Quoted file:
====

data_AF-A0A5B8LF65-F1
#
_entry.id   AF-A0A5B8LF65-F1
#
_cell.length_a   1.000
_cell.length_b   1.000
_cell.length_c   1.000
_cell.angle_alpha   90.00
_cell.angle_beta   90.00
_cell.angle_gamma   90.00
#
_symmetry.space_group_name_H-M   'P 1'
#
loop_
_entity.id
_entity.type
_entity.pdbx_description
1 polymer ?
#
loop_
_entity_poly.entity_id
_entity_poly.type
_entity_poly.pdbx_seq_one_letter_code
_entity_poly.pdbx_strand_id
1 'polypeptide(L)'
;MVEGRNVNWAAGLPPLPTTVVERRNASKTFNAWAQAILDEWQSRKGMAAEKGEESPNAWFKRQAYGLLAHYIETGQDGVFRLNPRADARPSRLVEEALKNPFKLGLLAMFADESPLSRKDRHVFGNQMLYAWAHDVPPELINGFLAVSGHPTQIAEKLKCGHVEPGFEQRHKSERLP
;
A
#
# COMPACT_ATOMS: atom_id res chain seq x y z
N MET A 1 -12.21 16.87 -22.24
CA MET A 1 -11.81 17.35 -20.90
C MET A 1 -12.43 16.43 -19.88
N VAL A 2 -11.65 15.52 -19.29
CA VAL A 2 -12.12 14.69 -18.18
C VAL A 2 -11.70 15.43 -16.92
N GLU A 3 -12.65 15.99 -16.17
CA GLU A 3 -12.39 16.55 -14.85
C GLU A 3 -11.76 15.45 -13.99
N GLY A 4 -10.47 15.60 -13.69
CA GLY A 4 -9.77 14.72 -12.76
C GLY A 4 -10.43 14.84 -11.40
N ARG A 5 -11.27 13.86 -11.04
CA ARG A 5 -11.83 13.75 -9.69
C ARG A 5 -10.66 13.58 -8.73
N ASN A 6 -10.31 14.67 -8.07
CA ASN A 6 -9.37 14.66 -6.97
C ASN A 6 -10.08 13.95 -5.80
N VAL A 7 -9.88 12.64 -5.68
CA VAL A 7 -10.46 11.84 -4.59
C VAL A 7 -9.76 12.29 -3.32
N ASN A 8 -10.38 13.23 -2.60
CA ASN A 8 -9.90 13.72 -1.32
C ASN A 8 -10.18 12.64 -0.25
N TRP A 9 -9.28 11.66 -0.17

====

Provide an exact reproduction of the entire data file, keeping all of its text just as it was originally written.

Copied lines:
data_AF-A0A5B8LF65-F1
#
_entry.id   AF-A0A5B8LF65-F1
#
_cell.length_a   1.000
_cell.length_b   1.000
_cell.length_c   1.000
_cell.angle_alpha   90.00
_cell.angle_beta   90.00
_cell.angle_gamma   90.00
#
_symmetry.space_group_name_H-M   'P 1'
#
loop_
_entity.id
_entity.type
_entity.pdbx_description
1 polymer ?
#
loop_
_entity_poly.entity_id
_entity_poly.type
_entity_poly.pdbx_seq_one_letter_code
_entity_poly.pdbx_strand_id
1 'polypeptide(L)'
;MVEGRNVNWAAGLPPLPTTVVERRNASKTFNAWAQAILDEWQSRKGMAAEKGEESPNAWFKRQAYGLLAHYIETGQDGVFRLNPRADARPSRLVEEALKNPFKLGLLAMFADESPLSRKDRHVFGNQMLYAWAHDVPPELINGFLAVSGHPTQIAEKLKCGHVEPGFEQRHKSERLP
;
A
#
# COMPACT_ATOMS: atom_id res chain seq x y z
N MET A 1 -12.21 16.87 -22.24
CA MET A 1 -11.81 17.35 -20.90
C MET A 1 -12.43 16.43 -19.88
N VAL A 2 -11.65 15.52 -19.29
CA VAL A 2 -12.12 14.69 -18.18
C VAL A 2 -11.70 15.43 -16.92
N GLU A 3 -12.65 15.99 -16.17
CA GLU A 3 -12.39 16.55 -14.85
C GLU A 3 -11.76 15.45 -13.99
N GLY A 4 -10.47 15.60 -13.69
CA GLY A 4 -9.77 14.72 -12.76
C GLY A 4 -10.43 14.84 -11.40
N ARG A 5 -11.27 13.86 -11.04
CA ARG A 5 -11.83 13.75 -9.69
C ARG A 5 -10.66 13.58 -8.73
N ASN A 6 -10.31 14.67 -8.07
CA ASN A 6 -9.37 14.66 -6.97
C ASN A 6 -10.08 13.95 -5.80
N VAL A 7 -9.88 12.64 -5.68
CA VAL A 7 -10.46 11.84 -4.59
C VAL A 7 -9.76 12.29 -3.32
N ASN A 8 -10.38 13.23 -2.60
CA ASN A 8 -9.90 13.72 -1.32
C ASN A 8 -10.18 12.64 -0.25
N TRP A 9 -9.28 11.66 -0.17